The Midwest will be the battleground Wednesday as a clash of air masses ignites a round of severe thunderstorms. Damaging winds, large hail, isolated tornadoes, flooding rain and frequent lightning are all threats for major metro areas like Chicago, Milwaukee, St. Louis and Detroit.
Due to the threat of damaging winds upwards of 70 mph, the Storm Prediction Center issued a Severe Thunderstorm Watch through 9 p.m. EDT for large parts of Illinois, Indiana and Michigan.
Parts of Missouri and Southern Illinois are under a Severe Thunderstorm Watch through 9 p.m. CDT.
The watch boxes include major cities such as Chicago, Detroit and St. Louis.
A strong storm system centered at the U.S.-Canada border has been pumping heat and humidity into the country's midsection. This record heat and high humidity across the Midwest and Great Lakes is acting as fuel for thunderstorms as a cold front sweeps through the area, acting as a match igniting these storms.
The dense cool air behind the front will plow into the muggy air and force it up into the atmosphere, creating thunderstorms, heavy downpours and possibly isolated tornadoes from Missouri to Michigan.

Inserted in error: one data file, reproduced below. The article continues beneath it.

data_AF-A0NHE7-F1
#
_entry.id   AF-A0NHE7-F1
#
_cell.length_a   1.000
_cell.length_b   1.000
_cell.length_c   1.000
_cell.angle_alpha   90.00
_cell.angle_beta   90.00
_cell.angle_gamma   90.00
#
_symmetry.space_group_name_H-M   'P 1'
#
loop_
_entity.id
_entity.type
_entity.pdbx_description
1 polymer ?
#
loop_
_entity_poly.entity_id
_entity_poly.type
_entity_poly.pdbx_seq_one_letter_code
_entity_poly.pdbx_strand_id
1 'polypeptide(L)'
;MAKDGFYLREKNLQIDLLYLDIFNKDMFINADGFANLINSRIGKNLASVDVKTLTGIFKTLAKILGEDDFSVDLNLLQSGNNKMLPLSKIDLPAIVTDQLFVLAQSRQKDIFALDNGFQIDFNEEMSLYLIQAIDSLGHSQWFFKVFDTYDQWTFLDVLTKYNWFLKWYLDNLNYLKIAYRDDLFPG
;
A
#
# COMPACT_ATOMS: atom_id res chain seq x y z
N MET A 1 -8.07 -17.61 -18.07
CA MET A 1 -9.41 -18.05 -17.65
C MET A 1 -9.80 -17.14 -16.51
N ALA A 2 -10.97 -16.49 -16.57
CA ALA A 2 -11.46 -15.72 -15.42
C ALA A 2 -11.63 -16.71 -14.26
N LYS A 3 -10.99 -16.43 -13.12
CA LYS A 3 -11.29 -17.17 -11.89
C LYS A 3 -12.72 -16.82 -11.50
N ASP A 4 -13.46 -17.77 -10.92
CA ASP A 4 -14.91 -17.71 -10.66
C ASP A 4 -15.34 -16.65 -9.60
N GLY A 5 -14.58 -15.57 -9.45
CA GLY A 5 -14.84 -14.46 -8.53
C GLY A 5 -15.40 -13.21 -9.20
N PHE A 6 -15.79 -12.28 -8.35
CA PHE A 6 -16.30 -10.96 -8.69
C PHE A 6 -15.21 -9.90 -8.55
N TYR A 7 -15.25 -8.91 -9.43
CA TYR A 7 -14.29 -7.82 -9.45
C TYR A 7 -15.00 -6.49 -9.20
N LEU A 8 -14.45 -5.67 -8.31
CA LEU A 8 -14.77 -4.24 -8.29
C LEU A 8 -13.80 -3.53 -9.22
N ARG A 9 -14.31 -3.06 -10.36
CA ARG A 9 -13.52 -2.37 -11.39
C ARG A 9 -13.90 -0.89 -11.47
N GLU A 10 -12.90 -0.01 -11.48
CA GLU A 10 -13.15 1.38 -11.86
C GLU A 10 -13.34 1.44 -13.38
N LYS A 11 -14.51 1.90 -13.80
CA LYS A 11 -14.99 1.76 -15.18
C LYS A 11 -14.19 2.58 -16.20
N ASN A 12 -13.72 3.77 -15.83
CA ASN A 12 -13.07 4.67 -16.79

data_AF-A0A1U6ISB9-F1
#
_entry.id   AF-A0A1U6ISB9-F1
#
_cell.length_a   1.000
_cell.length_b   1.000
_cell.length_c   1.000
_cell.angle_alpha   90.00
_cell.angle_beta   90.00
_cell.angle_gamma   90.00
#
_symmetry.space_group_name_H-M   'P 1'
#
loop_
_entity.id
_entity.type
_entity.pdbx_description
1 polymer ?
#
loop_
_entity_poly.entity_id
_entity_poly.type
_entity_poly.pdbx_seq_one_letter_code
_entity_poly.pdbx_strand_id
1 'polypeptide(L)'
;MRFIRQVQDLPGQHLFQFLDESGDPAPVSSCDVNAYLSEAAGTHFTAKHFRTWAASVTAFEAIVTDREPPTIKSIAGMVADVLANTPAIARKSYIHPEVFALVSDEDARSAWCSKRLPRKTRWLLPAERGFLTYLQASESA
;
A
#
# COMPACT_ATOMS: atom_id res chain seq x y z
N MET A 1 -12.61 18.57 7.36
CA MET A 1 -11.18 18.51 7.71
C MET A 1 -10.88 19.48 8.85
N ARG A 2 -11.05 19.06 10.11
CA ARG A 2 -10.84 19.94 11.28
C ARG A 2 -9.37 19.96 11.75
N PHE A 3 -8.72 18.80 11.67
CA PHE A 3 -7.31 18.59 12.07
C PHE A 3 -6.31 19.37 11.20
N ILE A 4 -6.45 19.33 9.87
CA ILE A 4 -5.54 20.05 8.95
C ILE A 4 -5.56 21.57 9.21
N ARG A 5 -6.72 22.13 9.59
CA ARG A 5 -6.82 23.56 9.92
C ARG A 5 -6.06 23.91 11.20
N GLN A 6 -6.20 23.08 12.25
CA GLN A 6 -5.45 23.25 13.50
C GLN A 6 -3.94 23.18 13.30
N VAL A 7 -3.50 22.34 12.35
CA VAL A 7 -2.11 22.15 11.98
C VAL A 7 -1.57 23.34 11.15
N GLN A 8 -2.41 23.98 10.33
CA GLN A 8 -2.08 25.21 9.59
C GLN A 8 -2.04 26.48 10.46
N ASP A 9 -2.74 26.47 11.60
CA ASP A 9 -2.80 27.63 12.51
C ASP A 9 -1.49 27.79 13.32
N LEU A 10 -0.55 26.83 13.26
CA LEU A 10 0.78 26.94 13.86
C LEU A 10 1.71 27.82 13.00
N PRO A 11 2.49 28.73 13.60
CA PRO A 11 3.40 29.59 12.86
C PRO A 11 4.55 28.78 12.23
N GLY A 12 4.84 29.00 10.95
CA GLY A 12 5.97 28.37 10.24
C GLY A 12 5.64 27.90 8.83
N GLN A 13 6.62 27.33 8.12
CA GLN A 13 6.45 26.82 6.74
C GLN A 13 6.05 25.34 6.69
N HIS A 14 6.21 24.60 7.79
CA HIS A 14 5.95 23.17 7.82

"As we go throughout the day, there is that potential of severe weather. It is most likely from central Missouri through Illinois," said FOX Weather meteorologist Britta Merwin. "That does include Chicago and pushes up towards Alpena and also right onto the thumb of Michigan."
FOX Weather’s FutureTrack shows a line of storms organizing early Wednesday afternoon from Cedar Rapids, Iowa, to Hannibal, Missouri. The line continues to strengthen and makes its way eastward through Chicago by mid-afternoon. St. Louis and Indianapolis are forecast to see the storms just in time for the evening commute.
The biggest threats will be damaging winds, large hail and flash flooding. However, the line of thunderstorms will be a fast-mover and won’t linger over any area for too long.
"Detroit, the timing for you is around 6 p.m. this evening," Merwin said. "Again, the evening commute pretty much the worst time that you could have strong thunderstorms moving through."
Most cities will see 1 to 2 inches of rain, which will be enough for the flash flooding threat, especially in areas that saw heavy rain over the past several days.
Isolated tornadoes are also possible across northern and central Lower Michigan, including Grand Rapids, Alpena and Lansing.
The weather remains unsettled for most of the Ohio Valley on Thursday, but the storms should stay below the severe level.
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